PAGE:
"I want to prove to my teammates that I want to go out there and pitch and win the game," Gabbard said. "I'm not 100 percent, but my next start is in Baltimore and I'm going to be ready for it."
Finally, after a 2-1 loss to the Minnesota Twins on Friday night, there was catcher Jarrod Saltalamacchia, trying to explain what happened on a wild pitch that brought home the winning run in the bottom of the 10th inning.
"I should have blocked it," Saltalamacchia said. "The ball just ate me up."
It's the middle of August and the Rangers are in last place, but what happened at the Metrodome on Friday night still bothered them deeply and still showed that the fight and the will to win still hangs in there.
As manager Ron Washington summed up with the last words of his postgame meeting with the media, "That was one tough loss right there."
What happened was that Gabbard fought off the stiffness in his left forearm to give the Rangers 6 2/3 strong innings, but he couldn't get the offensive support needed. Instead, the Rangers went 0-for-8 with runners in scoring position and ultimately fell victim to the defense in the 10th inning.
"We had many chances to win that game and we just didn't do it," Washington said.
The Rangers are also just not a good offensive team right now. Since July 27, they are hitting just .199 as a team with runners in scoring position, and the bottom half of the order has been particularly troublesome. Jason Botts, Brad Wilkerson, Nelson Cruz, Byrd and Saltalamacchia are a combined 13-for-85 (.153) with runners in scoring position in that stretch.
"It's just not there right now," Washington said. "We're in that mode where we're giving our young players a chance to show what they can do, because they are the best of what we have in our organization. We're just trying to make it through the schedule, gaining confidence and experience and going from there. If that's the way it is, that's the way it is."
Saltalamacchia provided the Rangers with their only run with a home run into the upper deck in right field in the third. It was his first home run since being acquired from the Atlanta Braves on July 31.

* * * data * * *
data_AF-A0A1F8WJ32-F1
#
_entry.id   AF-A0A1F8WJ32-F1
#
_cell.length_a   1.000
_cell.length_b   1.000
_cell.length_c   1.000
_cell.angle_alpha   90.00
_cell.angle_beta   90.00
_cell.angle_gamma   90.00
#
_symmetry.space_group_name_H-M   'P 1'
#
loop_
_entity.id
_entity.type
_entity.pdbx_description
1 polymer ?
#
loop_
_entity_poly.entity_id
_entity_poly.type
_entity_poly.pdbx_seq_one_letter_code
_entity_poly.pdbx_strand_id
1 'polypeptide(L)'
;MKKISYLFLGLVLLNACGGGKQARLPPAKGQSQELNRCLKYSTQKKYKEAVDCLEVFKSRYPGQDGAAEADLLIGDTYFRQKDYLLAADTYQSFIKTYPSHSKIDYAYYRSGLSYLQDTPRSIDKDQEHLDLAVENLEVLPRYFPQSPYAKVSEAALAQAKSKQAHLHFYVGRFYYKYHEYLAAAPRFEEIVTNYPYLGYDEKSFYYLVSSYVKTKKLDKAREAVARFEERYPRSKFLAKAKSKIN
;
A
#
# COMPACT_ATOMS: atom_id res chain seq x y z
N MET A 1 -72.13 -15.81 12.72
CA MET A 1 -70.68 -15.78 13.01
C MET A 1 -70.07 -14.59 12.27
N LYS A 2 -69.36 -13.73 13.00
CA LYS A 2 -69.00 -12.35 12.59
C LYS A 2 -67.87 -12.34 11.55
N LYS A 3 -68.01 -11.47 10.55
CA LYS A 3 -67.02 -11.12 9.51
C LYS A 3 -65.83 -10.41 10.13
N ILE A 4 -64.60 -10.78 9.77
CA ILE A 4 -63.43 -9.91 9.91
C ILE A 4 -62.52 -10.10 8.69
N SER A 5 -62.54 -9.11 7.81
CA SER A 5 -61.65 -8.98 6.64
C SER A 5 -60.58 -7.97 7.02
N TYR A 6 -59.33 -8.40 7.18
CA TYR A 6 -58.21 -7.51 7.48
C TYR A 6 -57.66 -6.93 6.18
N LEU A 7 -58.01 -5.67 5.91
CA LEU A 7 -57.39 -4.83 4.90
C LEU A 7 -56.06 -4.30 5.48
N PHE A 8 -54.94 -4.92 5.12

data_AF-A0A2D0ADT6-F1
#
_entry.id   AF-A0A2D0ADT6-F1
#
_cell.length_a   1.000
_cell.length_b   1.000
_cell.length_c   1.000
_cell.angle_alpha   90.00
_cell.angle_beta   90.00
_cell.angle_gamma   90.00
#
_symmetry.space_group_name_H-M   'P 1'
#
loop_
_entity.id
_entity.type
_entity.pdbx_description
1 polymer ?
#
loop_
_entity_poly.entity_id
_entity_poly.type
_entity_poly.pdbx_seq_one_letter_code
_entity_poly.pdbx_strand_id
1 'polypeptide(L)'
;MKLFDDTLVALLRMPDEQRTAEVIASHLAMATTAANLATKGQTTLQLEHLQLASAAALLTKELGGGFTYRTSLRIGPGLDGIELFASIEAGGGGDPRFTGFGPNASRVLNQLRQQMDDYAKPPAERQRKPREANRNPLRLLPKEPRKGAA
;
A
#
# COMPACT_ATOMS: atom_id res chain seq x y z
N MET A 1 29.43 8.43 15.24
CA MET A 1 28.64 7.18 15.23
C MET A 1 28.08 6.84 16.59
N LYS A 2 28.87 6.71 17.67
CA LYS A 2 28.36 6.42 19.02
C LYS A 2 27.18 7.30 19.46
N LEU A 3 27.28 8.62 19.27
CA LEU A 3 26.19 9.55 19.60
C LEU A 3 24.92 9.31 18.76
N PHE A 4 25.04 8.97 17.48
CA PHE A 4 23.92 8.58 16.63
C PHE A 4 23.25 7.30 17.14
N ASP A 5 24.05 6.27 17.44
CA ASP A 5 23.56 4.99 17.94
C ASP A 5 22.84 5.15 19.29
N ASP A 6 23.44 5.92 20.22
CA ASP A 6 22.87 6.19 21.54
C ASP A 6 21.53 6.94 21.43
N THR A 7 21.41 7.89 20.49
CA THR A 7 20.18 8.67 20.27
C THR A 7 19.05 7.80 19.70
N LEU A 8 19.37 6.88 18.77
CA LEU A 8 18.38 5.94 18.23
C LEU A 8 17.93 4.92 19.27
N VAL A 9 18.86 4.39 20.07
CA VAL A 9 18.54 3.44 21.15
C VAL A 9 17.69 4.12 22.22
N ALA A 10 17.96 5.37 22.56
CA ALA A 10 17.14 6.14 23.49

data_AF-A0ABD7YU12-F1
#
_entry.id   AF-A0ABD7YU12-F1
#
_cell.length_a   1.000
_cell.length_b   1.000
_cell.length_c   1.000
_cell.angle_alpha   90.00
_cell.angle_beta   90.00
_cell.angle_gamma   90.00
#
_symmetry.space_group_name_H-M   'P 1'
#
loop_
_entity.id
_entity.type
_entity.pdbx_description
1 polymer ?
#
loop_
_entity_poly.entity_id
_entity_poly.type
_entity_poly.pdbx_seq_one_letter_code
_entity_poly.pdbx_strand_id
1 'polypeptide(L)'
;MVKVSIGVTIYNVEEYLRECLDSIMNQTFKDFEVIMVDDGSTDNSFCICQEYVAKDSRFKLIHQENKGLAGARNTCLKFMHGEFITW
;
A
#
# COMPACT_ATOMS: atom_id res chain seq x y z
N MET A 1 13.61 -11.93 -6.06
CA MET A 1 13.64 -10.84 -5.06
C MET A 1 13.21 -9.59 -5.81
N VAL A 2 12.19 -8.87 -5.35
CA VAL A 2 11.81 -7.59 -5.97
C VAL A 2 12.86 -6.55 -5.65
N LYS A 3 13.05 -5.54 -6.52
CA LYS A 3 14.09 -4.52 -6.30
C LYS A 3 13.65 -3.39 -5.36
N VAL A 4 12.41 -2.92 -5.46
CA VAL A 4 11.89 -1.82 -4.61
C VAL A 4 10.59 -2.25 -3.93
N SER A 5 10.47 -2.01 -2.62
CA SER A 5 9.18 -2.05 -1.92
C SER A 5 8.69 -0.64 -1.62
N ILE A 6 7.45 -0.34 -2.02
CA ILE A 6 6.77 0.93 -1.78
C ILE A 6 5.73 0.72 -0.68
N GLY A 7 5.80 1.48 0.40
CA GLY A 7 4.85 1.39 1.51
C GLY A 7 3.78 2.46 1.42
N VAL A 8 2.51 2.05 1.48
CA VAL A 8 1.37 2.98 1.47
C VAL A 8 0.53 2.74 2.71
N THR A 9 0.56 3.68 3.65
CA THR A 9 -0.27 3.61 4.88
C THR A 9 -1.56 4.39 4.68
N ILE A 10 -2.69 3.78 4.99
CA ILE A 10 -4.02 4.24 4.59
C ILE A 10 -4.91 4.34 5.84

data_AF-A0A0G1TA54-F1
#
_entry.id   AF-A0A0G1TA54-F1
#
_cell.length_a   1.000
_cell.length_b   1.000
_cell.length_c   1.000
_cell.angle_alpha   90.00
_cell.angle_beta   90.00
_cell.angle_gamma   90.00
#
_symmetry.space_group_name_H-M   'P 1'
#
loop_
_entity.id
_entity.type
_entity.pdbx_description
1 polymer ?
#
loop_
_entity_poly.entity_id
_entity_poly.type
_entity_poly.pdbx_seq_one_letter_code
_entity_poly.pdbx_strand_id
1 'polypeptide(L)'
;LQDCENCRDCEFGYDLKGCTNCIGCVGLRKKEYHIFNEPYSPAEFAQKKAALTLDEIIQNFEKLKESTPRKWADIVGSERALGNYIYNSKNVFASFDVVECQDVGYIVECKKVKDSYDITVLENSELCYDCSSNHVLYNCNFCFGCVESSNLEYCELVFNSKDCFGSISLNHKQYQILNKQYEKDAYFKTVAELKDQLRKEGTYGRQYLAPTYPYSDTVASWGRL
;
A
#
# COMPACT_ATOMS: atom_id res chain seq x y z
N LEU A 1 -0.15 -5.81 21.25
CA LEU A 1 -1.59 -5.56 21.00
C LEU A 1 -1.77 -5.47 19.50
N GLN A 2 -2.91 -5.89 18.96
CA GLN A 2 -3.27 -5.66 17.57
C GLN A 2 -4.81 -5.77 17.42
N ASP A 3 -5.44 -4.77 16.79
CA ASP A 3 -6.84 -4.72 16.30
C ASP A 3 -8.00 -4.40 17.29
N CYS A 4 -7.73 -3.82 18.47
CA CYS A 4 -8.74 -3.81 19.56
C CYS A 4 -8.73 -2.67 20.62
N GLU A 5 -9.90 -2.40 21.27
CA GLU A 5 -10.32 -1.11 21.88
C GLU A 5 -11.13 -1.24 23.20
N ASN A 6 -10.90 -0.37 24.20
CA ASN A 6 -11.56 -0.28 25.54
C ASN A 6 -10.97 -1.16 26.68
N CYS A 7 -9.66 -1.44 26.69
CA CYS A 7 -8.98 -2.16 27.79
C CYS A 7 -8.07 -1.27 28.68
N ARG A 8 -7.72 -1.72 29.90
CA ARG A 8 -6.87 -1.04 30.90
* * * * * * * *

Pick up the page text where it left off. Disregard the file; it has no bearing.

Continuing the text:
Gabbard, who left his last start after 1 1/3 innings and just five batters because of the stiffness in his left forearm, allowed one run on five hits and three walks. He struck out three while getting 12 of his 20 outs on grounders.
"His performance was outstanding," Washington said. "He certainly did what he wanted to do -- change speeds and hit his spots. He certainly gave us what we needed."
Gabbard did have an anxious moment with two out in the seventh. He hit Mike Redmond with a pitch, then had his bosses concerned after throwing ball one to Tommy Watkins. At that point, Washington, pitching coach Mark Connor and trainer Jamie Reed came running out of the dugout to check on Gabbard.
"He was bending his arm," Washington said. "We wanted to make sure he was fine, and he said he was fine."
He wasn't quite fine. Gabbard ended up walking both Watkins and Alexi Casilla to load the bases.
"He just lost the strike zone," Washington said. "It happens in the course of the ballgame."
Gabbard, who threw 102 pitches, then came out and Jamey Wright, after falling behind 3-0, struck out Nick Punto to end the threat.
Wright was still in there in the 10th inning when Punto led off with a fly ball into right-center.
"It was a ball I was going after," Byrd said afterward. "I thought I could dive and make the catch. Then, when I realized it was going to drop, I tried to block it with my body."
He did, but the ball caromed toward right field. By the time he recovered, Punto had raced to third with what was scored a single and an error.
"We want to see him get a single, not something extra," Washington said. "We were being too aggressive. We'll learn."
That brought up Joe Mauer, but Wright's first pitch bounced in front of Saltalamacchia and got away from, bringing home the winning run and ending a frustrating night for the Rangers.